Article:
I am grateful he felt compelled to share that with me. If I asked him now, which would mean I would have to find him, I am not sure he would remember his words or why he needed to share them with me. But I remember. My dad’s advice was brilliant. I am grateful. I always have been.
And here is where the story comes together: my best friend Marianne is a single mom with three kids at home. She makes her living as a hairstylist and does not receive child support. Due to the rules of essential businesses and social isolation during the Covid-19 pandemic, overnight she lost her livelihood. She has not been able to work. She is definitely not experiencing first world or privileged issues. I have cried for her. I have listened as she has shared her frustrations and fears. I have spoken about her before. In the next month or two, she could get evicted. She and her children could become homeless. She could be completely devastated. She is suffering more than I can imagine.
The other morning I was super depressed. I turned my phone off. I slept really late. I did not want to get out of bed. I saw my phone light up. I saw that it was Marianne. She was trying to FaceTime. I hit the “decline” button and rolled over. Eventually I got out of bed, teary-eyed. I took extra long brushing my teeth, cleaning my retainers, and washing my hands. I went into the kitchen to start breakfast. I decided I should call her back so I FaceTimed her. She answered on the first ring. I could see that she was sitting outside.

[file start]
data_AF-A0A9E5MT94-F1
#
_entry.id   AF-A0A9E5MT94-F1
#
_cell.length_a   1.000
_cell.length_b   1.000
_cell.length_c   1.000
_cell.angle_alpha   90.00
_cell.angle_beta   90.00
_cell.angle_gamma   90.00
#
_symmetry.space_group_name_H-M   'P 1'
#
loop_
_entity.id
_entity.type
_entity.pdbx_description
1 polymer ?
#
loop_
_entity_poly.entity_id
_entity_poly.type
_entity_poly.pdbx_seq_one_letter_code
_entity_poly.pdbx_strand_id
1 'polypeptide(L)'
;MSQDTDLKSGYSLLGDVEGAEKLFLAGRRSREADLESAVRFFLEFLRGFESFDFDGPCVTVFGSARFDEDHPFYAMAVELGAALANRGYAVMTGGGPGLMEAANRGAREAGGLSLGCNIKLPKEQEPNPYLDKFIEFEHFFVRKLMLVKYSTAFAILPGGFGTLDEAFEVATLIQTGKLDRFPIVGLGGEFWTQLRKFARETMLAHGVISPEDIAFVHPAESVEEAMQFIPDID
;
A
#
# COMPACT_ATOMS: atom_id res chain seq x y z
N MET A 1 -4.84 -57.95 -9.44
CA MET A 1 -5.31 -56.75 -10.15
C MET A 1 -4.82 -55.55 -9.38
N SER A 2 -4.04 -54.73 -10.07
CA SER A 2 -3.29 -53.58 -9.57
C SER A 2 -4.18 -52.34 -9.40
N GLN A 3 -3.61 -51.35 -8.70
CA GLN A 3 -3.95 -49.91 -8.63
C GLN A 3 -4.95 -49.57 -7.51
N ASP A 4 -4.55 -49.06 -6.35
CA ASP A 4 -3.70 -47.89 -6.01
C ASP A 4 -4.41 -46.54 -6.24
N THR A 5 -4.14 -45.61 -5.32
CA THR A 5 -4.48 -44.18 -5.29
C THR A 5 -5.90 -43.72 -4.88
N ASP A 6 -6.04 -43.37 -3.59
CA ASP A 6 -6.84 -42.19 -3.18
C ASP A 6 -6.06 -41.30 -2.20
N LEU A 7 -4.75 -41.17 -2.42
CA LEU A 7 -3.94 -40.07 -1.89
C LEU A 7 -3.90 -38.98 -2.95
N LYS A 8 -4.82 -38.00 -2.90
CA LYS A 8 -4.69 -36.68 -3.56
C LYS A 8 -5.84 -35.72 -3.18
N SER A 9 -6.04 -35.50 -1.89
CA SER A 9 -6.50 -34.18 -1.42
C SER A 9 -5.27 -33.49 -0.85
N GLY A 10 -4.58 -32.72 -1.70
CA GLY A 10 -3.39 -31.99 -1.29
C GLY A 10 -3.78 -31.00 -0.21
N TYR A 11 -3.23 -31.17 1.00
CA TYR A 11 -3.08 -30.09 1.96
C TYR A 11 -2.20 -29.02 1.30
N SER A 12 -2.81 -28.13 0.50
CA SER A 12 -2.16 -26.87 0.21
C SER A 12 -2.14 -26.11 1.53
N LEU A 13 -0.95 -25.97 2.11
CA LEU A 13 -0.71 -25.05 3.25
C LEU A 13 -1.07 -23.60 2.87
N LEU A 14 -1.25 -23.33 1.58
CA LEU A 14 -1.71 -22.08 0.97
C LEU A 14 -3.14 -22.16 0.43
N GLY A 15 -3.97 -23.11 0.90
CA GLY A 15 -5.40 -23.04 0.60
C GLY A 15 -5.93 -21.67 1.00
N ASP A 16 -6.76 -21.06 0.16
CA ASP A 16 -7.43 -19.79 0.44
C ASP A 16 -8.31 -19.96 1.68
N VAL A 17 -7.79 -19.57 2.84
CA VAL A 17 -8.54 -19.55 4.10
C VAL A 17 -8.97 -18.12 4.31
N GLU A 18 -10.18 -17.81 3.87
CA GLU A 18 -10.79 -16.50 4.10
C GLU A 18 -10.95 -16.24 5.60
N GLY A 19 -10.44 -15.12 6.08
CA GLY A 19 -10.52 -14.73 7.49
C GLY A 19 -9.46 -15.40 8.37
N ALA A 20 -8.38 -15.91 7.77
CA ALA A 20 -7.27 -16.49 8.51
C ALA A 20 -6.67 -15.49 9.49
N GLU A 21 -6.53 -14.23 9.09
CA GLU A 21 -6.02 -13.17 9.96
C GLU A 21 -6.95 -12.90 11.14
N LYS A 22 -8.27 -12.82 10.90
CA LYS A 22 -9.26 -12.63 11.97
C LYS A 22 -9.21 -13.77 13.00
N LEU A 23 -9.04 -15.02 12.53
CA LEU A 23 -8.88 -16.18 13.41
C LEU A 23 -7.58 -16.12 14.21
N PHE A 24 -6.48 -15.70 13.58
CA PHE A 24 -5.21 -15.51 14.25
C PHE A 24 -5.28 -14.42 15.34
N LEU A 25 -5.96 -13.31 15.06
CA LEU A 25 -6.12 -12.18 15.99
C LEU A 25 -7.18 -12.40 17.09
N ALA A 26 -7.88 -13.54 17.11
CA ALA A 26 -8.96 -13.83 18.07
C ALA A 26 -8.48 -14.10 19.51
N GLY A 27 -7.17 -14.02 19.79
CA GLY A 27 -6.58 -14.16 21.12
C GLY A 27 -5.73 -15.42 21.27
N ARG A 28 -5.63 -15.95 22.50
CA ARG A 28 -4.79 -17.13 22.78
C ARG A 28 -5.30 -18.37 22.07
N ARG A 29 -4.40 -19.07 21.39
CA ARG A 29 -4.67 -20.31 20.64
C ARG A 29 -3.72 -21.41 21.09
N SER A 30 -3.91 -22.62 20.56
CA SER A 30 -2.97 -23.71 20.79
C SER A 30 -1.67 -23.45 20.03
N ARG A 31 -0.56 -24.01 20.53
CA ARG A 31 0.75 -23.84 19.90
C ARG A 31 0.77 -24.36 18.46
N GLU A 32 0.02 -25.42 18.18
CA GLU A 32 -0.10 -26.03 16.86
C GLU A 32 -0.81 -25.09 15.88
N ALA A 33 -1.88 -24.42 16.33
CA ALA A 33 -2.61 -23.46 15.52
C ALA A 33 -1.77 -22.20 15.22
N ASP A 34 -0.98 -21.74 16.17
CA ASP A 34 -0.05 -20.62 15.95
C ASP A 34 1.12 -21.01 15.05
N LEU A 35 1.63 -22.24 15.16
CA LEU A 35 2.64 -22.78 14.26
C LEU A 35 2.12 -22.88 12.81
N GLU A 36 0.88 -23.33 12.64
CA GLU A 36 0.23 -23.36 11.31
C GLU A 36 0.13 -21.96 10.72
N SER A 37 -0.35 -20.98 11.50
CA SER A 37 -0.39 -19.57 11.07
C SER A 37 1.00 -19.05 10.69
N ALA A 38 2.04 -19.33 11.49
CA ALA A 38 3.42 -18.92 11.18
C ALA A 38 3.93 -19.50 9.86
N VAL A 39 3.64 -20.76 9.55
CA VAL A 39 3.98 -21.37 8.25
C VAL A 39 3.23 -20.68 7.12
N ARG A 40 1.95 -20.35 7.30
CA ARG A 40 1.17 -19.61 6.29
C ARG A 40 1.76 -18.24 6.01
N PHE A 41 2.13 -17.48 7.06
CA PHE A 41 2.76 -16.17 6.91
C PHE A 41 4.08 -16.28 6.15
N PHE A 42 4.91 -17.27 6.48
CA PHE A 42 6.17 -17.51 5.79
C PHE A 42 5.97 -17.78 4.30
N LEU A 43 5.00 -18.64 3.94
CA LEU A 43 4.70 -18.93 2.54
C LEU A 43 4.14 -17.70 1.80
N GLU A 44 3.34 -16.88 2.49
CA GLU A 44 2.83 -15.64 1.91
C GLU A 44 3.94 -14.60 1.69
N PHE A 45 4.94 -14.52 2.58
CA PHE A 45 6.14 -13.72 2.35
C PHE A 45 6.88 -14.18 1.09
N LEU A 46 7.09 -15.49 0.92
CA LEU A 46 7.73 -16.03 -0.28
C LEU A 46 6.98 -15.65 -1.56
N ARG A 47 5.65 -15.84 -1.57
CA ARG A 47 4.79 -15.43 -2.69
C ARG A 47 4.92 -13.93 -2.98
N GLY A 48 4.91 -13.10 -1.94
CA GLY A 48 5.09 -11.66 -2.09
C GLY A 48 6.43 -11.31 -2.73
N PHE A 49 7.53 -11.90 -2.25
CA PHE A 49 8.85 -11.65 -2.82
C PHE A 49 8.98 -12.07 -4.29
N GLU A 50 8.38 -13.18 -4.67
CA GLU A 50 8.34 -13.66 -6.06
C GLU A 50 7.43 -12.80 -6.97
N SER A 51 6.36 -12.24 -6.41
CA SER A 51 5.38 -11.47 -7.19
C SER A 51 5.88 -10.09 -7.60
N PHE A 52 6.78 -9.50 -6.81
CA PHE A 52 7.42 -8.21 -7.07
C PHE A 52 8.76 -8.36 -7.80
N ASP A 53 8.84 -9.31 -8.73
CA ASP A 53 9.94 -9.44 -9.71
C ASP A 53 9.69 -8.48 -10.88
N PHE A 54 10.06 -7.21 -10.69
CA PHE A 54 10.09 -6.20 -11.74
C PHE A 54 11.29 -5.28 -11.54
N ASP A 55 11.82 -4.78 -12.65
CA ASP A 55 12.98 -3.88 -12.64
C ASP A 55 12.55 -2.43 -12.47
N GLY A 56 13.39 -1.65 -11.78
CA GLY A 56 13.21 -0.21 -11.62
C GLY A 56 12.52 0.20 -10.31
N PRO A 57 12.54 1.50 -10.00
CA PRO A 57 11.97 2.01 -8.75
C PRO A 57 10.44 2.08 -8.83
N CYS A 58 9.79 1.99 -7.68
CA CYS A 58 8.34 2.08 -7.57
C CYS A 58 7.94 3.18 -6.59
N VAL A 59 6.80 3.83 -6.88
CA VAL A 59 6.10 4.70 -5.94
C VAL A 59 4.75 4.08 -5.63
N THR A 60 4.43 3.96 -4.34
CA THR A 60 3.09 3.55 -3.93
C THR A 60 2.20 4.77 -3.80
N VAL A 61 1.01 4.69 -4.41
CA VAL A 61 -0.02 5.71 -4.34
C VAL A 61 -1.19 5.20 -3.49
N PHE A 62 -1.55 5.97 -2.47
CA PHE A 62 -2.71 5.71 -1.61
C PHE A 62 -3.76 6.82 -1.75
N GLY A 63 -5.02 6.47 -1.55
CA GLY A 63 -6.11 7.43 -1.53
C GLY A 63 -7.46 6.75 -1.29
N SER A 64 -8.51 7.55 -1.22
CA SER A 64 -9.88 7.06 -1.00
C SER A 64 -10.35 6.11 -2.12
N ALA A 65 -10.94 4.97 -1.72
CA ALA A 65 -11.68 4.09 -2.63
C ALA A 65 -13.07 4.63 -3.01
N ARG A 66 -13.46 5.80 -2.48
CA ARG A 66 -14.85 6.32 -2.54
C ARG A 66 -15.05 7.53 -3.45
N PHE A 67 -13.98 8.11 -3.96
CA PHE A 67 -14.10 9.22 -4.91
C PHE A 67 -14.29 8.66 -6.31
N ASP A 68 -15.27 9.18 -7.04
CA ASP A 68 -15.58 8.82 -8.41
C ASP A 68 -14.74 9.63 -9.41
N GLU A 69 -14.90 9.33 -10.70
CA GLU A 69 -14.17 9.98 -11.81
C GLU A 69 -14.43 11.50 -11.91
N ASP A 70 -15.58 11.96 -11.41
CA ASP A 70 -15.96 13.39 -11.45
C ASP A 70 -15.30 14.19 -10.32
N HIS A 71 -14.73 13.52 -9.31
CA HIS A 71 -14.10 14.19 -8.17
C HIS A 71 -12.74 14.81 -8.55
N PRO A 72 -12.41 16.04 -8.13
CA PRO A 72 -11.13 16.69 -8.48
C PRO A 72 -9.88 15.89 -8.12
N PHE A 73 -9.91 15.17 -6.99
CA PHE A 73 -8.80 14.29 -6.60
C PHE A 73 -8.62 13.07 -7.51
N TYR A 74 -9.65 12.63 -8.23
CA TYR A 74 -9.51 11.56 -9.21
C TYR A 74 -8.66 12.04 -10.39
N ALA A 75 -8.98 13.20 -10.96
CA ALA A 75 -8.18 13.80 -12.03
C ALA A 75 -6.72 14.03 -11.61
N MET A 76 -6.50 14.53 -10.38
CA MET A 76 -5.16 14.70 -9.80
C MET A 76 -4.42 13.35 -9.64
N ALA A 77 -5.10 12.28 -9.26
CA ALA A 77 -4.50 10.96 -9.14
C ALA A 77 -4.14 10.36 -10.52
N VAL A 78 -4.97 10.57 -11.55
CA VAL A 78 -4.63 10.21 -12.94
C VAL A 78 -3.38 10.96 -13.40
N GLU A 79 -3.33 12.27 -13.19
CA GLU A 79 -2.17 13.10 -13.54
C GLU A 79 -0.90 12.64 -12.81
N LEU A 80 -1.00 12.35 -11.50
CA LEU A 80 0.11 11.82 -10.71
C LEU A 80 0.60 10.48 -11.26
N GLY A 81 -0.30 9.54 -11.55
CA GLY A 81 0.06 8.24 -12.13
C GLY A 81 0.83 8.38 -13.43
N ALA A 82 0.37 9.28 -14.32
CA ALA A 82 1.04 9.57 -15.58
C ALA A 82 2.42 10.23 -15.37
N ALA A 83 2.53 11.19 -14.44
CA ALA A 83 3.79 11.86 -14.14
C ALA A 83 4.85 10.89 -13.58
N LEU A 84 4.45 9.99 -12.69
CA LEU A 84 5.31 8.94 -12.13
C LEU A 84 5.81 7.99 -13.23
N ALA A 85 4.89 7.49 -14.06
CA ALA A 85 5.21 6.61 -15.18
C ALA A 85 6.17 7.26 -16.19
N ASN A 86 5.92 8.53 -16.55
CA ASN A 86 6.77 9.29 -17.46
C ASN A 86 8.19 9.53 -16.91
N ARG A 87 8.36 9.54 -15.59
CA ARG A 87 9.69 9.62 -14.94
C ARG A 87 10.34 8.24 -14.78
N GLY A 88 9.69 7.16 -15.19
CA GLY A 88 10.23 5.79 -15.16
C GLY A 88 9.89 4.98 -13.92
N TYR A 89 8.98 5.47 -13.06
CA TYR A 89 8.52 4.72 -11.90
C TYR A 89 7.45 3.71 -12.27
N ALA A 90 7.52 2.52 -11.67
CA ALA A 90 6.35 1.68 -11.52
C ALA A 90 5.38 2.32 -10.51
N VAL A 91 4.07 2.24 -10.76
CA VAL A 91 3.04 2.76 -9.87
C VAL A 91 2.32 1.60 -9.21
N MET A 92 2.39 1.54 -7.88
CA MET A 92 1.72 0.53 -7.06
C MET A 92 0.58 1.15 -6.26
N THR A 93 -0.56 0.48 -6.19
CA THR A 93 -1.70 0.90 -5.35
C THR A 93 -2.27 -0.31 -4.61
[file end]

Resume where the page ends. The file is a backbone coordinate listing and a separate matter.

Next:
“Hello Chica.” I said.
With that, Marianne burst into tears. As she held a tissue to her face, she sobbed. I assumed she was stressing about money. I started to ask her about her job. I wanted to ask her about her rent, or if she had enough to eat.
Instead, I decided to pause and just ask her why she was so sad.
Here is what she told me:
“I just took my five year old to a birthday party. Because of the quarantine, we had to do a drive-by parade and just wave to the girl in his class. I put some streamers on the car to make it more festive. As we drove away, he burst into tears. He is so sad about not being able to see his friends. He is so sad he is not in school. He asked me if we will ever be ok. He asked me if I was going to die. I feel so sad that he could not have a normal birthday party.”
Then I wondered. If you did not know her and only heard Marianne’s story about the birthday party, would we say,
“Oh, first world problems. Get over it.”
Or would we see that these pain-filled moments are actually what are bringing us together. They are relatable moments. See, here is a person whose whole world is falling apart. What really made her sad was how sad her son was that it was not a traditional birthday party. Obviously Marianne does not know when the rules of self isolation will end. She doesn’t know what will happen to her career or livelihood. But today, she can do something to cheer up her son or to let him know things will be OK. And in this disruptive mess of a world, these are also the moments we may be able to address or even control. Instead of deciding whose pain is valid, how about we use these hard moments to connect? How about we recognize that we are intelligent beings. It is obvious to me that my friend who just had chemotherapy is most likely suffering more than I am. It doesn’t mean I am less-than for feeling sad and not wanting to get out of bed. It does not mean my boys are selfish because they are let down.
Ultimately, I believe we can hold space for all of it.